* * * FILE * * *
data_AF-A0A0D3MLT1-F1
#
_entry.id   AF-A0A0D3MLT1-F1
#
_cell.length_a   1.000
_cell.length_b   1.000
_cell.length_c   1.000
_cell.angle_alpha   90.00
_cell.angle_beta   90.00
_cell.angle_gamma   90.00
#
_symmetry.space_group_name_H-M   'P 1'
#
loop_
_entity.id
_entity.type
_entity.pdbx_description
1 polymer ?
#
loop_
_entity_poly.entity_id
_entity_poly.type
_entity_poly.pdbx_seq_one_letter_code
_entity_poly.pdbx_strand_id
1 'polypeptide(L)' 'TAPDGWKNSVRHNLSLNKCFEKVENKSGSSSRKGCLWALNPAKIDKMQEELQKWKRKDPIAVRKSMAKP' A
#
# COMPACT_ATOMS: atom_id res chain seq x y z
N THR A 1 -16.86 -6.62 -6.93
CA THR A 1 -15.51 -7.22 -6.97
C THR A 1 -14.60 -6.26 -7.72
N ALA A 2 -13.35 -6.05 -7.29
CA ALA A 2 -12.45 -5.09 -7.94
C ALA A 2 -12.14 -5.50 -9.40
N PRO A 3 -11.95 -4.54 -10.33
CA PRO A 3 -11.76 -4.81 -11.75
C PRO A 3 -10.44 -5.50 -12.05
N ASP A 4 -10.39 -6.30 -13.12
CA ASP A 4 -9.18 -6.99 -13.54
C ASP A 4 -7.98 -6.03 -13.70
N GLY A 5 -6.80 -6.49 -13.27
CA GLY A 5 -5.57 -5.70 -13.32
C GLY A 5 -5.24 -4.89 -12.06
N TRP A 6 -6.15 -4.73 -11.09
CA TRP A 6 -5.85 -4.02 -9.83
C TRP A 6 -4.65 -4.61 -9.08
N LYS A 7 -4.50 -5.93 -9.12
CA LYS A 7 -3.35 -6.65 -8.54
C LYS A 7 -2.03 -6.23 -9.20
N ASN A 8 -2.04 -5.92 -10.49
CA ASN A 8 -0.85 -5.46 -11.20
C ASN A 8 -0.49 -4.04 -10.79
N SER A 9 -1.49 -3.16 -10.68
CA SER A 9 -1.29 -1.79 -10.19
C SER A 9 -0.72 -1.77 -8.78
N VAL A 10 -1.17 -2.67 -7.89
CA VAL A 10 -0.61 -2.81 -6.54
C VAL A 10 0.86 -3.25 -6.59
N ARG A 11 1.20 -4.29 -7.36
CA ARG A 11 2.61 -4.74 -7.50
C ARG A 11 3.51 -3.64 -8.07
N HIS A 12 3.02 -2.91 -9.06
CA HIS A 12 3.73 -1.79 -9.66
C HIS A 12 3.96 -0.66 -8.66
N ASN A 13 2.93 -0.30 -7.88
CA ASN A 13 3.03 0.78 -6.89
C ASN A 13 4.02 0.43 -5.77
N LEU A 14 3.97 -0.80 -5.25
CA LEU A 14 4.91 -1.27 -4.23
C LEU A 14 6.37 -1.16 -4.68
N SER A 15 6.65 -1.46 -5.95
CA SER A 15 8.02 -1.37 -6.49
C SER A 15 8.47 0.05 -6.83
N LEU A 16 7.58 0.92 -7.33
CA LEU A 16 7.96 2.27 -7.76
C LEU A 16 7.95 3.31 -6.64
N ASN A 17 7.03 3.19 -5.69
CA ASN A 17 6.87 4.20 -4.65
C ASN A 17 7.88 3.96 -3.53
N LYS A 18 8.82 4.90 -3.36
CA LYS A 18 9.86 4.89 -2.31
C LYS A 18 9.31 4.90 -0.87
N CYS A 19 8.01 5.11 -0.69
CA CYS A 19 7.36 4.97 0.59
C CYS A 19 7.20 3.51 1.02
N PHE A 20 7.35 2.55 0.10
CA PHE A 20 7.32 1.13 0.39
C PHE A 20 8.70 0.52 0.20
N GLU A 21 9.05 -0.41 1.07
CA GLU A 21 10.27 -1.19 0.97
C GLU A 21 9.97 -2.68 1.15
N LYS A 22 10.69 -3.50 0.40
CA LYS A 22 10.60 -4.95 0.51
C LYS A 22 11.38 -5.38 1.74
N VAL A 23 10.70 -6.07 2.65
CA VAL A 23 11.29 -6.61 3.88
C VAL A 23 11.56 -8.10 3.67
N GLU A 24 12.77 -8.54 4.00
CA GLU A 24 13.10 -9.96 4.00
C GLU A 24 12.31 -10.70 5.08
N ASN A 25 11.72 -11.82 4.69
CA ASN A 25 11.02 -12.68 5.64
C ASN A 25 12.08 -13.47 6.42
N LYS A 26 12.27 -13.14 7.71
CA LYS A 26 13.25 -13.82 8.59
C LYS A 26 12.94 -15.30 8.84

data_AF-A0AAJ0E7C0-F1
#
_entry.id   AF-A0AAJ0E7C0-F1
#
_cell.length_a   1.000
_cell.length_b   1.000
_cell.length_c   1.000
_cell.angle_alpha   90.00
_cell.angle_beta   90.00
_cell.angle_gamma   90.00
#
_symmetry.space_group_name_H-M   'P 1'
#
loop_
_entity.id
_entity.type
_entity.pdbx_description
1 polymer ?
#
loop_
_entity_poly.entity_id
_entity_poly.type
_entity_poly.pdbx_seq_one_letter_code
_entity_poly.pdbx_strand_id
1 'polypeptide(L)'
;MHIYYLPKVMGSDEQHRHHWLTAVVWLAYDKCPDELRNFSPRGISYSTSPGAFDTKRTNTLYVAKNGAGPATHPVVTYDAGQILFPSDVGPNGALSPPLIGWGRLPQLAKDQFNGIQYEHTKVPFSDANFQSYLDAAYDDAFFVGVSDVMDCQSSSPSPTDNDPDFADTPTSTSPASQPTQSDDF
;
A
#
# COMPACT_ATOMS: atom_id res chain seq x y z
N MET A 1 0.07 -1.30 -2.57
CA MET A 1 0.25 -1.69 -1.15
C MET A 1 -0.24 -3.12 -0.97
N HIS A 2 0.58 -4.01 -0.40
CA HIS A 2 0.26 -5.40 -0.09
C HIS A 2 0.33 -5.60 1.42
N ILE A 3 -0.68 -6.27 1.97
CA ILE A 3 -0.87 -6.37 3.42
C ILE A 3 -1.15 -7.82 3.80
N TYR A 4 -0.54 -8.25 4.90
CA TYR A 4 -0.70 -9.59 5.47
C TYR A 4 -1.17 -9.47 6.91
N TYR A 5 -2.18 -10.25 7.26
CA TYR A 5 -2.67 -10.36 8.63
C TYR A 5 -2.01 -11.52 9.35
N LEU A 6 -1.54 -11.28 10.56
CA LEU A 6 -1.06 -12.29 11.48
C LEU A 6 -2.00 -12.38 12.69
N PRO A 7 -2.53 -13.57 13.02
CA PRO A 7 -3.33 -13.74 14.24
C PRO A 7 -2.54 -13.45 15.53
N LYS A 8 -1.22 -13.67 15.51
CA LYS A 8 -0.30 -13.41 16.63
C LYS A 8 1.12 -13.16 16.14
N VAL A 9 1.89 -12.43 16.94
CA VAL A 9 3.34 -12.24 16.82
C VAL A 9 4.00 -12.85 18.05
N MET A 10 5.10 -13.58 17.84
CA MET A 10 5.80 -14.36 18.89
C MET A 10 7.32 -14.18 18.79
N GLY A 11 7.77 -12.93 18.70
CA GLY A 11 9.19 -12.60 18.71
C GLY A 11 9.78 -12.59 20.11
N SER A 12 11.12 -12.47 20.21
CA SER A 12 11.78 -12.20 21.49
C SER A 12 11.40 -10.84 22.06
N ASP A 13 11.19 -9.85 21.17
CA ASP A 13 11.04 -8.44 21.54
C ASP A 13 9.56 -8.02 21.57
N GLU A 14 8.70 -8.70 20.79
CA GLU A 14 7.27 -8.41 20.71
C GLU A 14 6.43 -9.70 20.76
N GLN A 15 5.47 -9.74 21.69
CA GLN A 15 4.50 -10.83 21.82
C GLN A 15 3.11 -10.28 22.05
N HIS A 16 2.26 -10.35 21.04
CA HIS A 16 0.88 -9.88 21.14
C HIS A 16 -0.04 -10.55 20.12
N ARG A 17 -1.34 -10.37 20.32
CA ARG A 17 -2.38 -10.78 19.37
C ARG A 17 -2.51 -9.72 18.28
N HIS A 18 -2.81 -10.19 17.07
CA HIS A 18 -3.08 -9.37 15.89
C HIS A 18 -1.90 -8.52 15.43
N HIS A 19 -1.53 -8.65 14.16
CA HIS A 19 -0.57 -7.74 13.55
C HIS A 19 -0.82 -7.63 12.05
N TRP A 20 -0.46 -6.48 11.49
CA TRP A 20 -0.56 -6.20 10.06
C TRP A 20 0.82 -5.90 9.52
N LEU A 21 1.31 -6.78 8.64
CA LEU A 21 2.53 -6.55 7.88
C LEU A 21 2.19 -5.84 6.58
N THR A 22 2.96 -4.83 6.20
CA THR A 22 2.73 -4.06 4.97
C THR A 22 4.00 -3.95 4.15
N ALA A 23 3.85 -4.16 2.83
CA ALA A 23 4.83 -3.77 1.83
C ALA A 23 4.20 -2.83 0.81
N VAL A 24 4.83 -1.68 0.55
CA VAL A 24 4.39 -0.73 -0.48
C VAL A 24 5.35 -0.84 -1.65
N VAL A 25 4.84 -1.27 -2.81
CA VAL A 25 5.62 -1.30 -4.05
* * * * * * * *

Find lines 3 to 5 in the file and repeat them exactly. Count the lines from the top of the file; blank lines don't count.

_entry.id   AF-A0A0D3MLT1-F1
#
_cell.length_a   1.000